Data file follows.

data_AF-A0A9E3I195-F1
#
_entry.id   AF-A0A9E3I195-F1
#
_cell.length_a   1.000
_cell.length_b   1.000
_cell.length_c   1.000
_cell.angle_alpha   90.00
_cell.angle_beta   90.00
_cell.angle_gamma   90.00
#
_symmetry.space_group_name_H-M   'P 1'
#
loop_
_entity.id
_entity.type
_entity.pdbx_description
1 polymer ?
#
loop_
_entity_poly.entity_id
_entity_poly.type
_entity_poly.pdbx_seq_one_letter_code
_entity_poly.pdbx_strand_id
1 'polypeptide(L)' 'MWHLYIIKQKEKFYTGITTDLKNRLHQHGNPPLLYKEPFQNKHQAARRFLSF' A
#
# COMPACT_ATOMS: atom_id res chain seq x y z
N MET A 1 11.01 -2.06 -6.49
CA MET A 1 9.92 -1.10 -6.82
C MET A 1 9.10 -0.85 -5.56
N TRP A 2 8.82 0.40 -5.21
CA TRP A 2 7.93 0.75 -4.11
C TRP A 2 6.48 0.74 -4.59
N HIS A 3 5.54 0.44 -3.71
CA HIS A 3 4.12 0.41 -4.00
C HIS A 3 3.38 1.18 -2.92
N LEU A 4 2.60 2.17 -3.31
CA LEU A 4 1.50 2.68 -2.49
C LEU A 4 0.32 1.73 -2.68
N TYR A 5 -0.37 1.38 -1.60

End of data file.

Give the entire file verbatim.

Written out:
data_AF-A0A9E3I195-F1
#
_entry.id   AF-A0A9E3I195-F1
#
_cell.length_a   1.000
_cell.length_b   1.000
_cell.length_c   1.000
_cell.angle_alpha   90.00
_cell.angle_beta   90.00
_cell.angle_gamma   90.00
#
_symmetry.space_group_name_H-M   'P 1'
#
loop_
_entity.id
_entity.type
_entity.pdbx_description
1 polymer ?
#
loop_
_entity_poly.entity_id
_entity_poly.type
_entity_poly.pdbx_seq_one_letter_code
_entity_poly.pdbx_strand_id
1 'polypeptide(L)' 'MWHLYIIKQKEKFYTGITTDLKNRLHQHGNPPLLYKEPFQNKHQAARRFLSF' A
#
# COMPACT_ATOMS: atom_id res chain seq x y z
N MET A 1 11.01 -2.06 -6.49
CA MET A 1 9.92 -1.10 -6.82
C MET A 1 9.10 -0.85 -5.56
N TRP A 2 8.82 0.40 -5.21
CA TRP A 2 7.93 0.75 -4.11
C TRP A 2 6.48 0.74 -4.59
N HIS A 3 5.54 0.44 -3.71
CA HIS A 3 4.12 0.41 -4.00
C HIS A 3 3.38 1.18 -2.92
N LEU A 4 2.60 2.17 -3.31
CA LEU A 4 1.50 2.68 -2.49
C LEU A 4 0.32 1.73 -2.68
N TYR A 5 -0.37 1.38 -1.60